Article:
I was crushed when I realized I had to go home, terrified I would never see him again. But luck was on my side- he was hooked, too. We made plans to see each other and, eventually, after flying back and forth for visits that were never ever ever long enough, he moved up to Atlanta with me while I finished my Master’s Degree.
Thanksgiving 2008, Ernie is back in the Bahamas filling in on Pirates Lady and tells me I should come down and spend the break with him. He was overly obsessed with making a bonfire on some island called North Cat Cay. Whatever- I like bonfires! Sangria was made; firewood was gathered; we dinghied everyone in and sat around on blankets watching the fire. Ernie asked me to go on a walk with him to “look for seaglass for my mom.” Halfway down the beach he asked to see my flashlight (I was dedicated to my beachcombing task) and slyly turned it off. He stopped and moved me in front of him, said words that made me melt that I wish I could remember, and ended by asking me to marry him. I was thrilled. My Captain wanted to keep me forever.
May 11, 2009 we said vows surrounded by just 7 special people and continued on the adventure we had started. We rode four-wheelers to our reception dinner and danced on the beach under the stars. It was perfect. And since that day – honest to goodness – we have not been apart for more than an hour at a time.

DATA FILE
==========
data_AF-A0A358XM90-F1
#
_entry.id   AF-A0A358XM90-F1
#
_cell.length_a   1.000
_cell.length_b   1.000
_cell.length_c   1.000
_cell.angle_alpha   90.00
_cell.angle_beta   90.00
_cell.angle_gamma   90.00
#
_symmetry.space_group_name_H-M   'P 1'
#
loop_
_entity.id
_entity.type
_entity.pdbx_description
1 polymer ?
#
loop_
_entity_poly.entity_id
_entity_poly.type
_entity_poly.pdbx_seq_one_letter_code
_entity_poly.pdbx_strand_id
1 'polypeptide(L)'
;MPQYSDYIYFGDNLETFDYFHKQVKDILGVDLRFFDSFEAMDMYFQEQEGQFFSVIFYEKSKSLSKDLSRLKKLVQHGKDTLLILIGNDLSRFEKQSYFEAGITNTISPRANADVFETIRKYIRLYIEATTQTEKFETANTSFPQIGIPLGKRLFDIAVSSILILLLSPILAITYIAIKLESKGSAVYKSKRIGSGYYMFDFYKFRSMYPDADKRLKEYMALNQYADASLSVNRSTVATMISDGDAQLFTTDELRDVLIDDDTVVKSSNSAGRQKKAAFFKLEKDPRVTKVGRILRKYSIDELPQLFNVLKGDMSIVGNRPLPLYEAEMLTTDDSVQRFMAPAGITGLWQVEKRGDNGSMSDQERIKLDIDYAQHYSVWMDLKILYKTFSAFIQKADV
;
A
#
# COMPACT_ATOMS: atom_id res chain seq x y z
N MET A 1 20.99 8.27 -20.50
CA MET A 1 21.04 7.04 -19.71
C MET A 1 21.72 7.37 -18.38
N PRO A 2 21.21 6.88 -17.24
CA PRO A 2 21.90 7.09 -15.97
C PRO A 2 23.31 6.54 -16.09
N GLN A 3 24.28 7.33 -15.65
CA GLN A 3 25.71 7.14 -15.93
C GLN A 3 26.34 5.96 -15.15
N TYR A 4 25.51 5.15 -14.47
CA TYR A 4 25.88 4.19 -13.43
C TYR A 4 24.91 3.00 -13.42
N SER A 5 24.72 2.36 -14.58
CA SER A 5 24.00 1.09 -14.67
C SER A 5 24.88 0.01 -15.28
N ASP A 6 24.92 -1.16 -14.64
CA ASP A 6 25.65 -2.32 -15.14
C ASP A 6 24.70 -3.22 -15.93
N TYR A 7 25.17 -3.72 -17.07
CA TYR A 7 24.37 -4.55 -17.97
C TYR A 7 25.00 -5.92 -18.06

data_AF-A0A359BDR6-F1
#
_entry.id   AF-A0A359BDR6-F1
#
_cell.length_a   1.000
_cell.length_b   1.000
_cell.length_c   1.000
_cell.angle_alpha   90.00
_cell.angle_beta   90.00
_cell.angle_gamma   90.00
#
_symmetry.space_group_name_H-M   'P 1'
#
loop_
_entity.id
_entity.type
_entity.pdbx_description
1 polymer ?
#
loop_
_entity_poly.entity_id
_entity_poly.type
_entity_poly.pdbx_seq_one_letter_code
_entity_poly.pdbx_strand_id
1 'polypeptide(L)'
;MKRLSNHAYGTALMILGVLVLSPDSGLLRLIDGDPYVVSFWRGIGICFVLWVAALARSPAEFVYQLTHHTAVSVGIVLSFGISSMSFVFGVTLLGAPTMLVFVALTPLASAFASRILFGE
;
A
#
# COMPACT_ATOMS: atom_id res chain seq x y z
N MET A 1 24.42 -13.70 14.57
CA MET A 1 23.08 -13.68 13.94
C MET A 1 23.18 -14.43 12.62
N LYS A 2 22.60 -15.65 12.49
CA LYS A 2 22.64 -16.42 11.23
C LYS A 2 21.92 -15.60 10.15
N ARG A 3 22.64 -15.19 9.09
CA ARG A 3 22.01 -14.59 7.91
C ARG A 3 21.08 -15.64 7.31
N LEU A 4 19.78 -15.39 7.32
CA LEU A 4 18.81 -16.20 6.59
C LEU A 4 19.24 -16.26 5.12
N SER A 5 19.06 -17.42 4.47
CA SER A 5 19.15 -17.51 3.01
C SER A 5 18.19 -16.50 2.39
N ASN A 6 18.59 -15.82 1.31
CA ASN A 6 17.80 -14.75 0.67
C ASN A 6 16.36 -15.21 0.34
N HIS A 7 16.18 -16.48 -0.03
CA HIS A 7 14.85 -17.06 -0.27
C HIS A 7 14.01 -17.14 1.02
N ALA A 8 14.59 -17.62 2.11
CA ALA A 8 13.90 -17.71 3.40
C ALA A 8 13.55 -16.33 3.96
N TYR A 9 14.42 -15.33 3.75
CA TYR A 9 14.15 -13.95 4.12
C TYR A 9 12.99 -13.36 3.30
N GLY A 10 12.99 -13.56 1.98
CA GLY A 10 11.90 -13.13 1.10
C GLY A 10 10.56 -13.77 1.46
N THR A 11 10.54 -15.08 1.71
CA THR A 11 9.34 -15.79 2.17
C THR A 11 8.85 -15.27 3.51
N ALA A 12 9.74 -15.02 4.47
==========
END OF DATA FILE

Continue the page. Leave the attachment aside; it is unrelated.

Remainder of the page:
I did some research and it seems the average American spend about 4 awake hours a day with their spouse on weekdays and 6 awake hours a day on weekends. In one year, that means spouses spend time with each other about 1,664 hours on average.
If you consider Ernie and I sleep 8 hours every night; and for our lifestyle there is no such thing as a week-end or week-day; and at most we’re only apart for an hour during the day; we therefore are together 5,460 hours every year.
So, in Ocean Time, we’ve actually been married 16.4 years.
Happy 5-Year-Landlubber-Time/16.4-Year-Ocean-Time Anniversary, Ernie! You are the most kind, thoughtful, steadfast, loyal, hard-working person I’ve ever known, and you’ve taught me boundless knowledge of life- loving and being loved; sacrifice; responsibility; generosity; hunkering down and working hard; setting and realizing goals; looking within yourself to know who you are; doing the right thing even when it’s hard; exploring; making your own way; how to spear a lobster; how to cook on a boat; how to freedive; how to navigate; how to ride a motorcycle; how to change oil on our generator; what the clouds mean; nutrition; loving your body; rejecting body image; enjoying the things around you; the Ocean; the world; and what it means to be a part of a team. You are my best friend beyond a shadow of a doubt, and if I’m a better person today than I was 5 years ago, it is all thanks to you.
Sorry to get all mushy on you, folks. Our story is a real love story. I’m just so excited for every day to unfold and see where life takes us!
Happy Sailing, all. Wishing you the best of love and luck. If you haven’t already, I wish for you to find your Captain; and if you already have one, to find him all over again everyday.